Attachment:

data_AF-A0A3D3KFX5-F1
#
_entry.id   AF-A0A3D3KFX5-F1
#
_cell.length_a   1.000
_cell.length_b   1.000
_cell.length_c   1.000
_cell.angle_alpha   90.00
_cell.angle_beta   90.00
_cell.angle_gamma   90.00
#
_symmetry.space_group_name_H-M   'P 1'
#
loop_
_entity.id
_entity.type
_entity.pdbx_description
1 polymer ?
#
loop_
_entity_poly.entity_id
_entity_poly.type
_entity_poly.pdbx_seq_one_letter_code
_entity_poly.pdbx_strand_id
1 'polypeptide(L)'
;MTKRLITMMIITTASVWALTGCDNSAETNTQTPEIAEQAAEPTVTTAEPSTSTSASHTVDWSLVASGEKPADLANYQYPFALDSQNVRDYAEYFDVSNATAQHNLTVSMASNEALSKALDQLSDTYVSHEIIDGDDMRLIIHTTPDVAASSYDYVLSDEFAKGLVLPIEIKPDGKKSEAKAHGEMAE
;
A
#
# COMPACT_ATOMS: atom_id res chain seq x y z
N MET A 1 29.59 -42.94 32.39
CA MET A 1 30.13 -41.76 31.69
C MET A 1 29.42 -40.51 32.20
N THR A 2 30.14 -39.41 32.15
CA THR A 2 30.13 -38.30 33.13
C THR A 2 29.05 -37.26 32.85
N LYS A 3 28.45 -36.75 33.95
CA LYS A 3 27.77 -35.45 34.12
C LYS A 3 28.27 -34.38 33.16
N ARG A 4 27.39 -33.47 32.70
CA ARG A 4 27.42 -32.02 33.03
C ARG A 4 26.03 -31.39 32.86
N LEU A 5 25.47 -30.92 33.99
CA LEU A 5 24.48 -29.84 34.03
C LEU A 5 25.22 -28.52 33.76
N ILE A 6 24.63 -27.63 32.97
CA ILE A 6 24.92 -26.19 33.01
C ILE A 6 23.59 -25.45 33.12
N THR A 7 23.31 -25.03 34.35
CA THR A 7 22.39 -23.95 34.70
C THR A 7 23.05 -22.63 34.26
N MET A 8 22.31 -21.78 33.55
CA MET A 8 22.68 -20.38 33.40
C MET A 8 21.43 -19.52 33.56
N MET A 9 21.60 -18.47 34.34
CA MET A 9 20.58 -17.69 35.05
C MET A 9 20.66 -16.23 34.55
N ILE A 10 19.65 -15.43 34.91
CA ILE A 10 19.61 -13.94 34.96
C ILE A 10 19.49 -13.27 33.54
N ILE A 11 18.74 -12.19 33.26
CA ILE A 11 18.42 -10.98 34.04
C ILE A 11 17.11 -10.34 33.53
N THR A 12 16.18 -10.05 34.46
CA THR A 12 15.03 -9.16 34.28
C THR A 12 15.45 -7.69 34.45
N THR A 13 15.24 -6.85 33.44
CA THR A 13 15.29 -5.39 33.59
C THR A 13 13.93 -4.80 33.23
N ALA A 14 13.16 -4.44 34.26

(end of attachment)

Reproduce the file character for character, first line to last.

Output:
data_AF-A0A3D3KFX5-F1
#
_entry.id   AF-A0A3D3KFX5-F1
#
_cell.length_a   1.000
_cell.length_b   1.000
_cell.length_c   1.000
_cell.angle_alpha   90.00
_cell.angle_beta   90.00
_cell.angle_gamma   90.00
#
_symmetry.space_group_name_H-M   'P 1'
#
loop_
_entity.id
_entity.type
_entity.pdbx_description
1 polymer ?
#
loop_
_entity_poly.entity_id
_entity_poly.type
_entity_poly.pdbx_seq_one_letter_code
_entity_poly.pdbx_strand_id
1 'polypeptide(L)'
;MTKRLITMMIITTASVWALTGCDNSAETNTQTPEIAEQAAEPTVTTAEPSTSTSASHTVDWSLVASGEKPADLANYQYPFALDSQNVRDYAEYFDVSNATAQHNLTVSMASNEALSKALDQLSDTYVSHEIIDGDDMRLIIHTTPDVAASSYDYVLSDEFAKGLVLPIEIKPDGKKSEAKAHGEMAE
;
A
#
# COMPACT_ATOMS: atom_id res chain seq x y z
N MET A 1 29.59 -42.94 32.39
CA MET A 1 30.13 -41.76 31.69
C MET A 1 29.42 -40.51 32.20
N THR A 2 30.14 -39.41 32.15
CA THR A 2 30.13 -38.30 33.13
C THR A 2 29.05 -37.26 32.85
N LYS A 3 28.45 -36.75 33.95
CA LYS A 3 27.77 -35.45 34.12
C LYS A 3 28.27 -34.38 33.16
N ARG A 4 27.39 -33.47 32.70
CA ARG A 4 27.42 -32.02 33.03
C ARG A 4 26.03 -31.39 32.86
N LEU A 5 25.47 -30.92 33.99
CA LEU A 5 24.48 -29.84 34.03
C LEU A 5 25.22 -28.52 33.76
N ILE A 6 24.63 -27.63 32.97
CA ILE A 6 24.92 -26.19 33.01
C ILE A 6 23.59 -25.45 33.12
N THR A 7 23.31 -25.03 34.35
CA THR A 7 22.39 -23.95 34.70
C THR A 7 23.05 -22.63 34.26
N MET A 8 22.31 -21.78 33.55
CA MET A 8 22.68 -20.38 33.40
C MET A 8 21.43 -19.52 33.56
N MET A 9 21.60 -18.47 34.34
CA MET A 9 20.58 -17.69 35.05
C MET A 9 20.66 -16.23 34.55
N ILE A 10 19.65 -15.43 34.91
CA ILE A 10 19.61 -13.94 34.96
C ILE A 10 19.49 -13.27 33.54
N ILE A 11 18.74 -12.19 33.26
CA ILE A 11 18.42 -10.98 34.04
C ILE A 11 17.11 -10.34 33.53
N THR A 12 16.18 -10.05 34.46
CA THR A 12 15.03 -9.16 34.28
C THR A 12 15.45 -7.69 34.45
N THR A 13 15.24 -6.85 33.44
CA THR A 13 15.29 -5.39 33.59
C THR A 13 13.93 -4.80 33.23
N ALA A 14 13.16 -4.44 34.26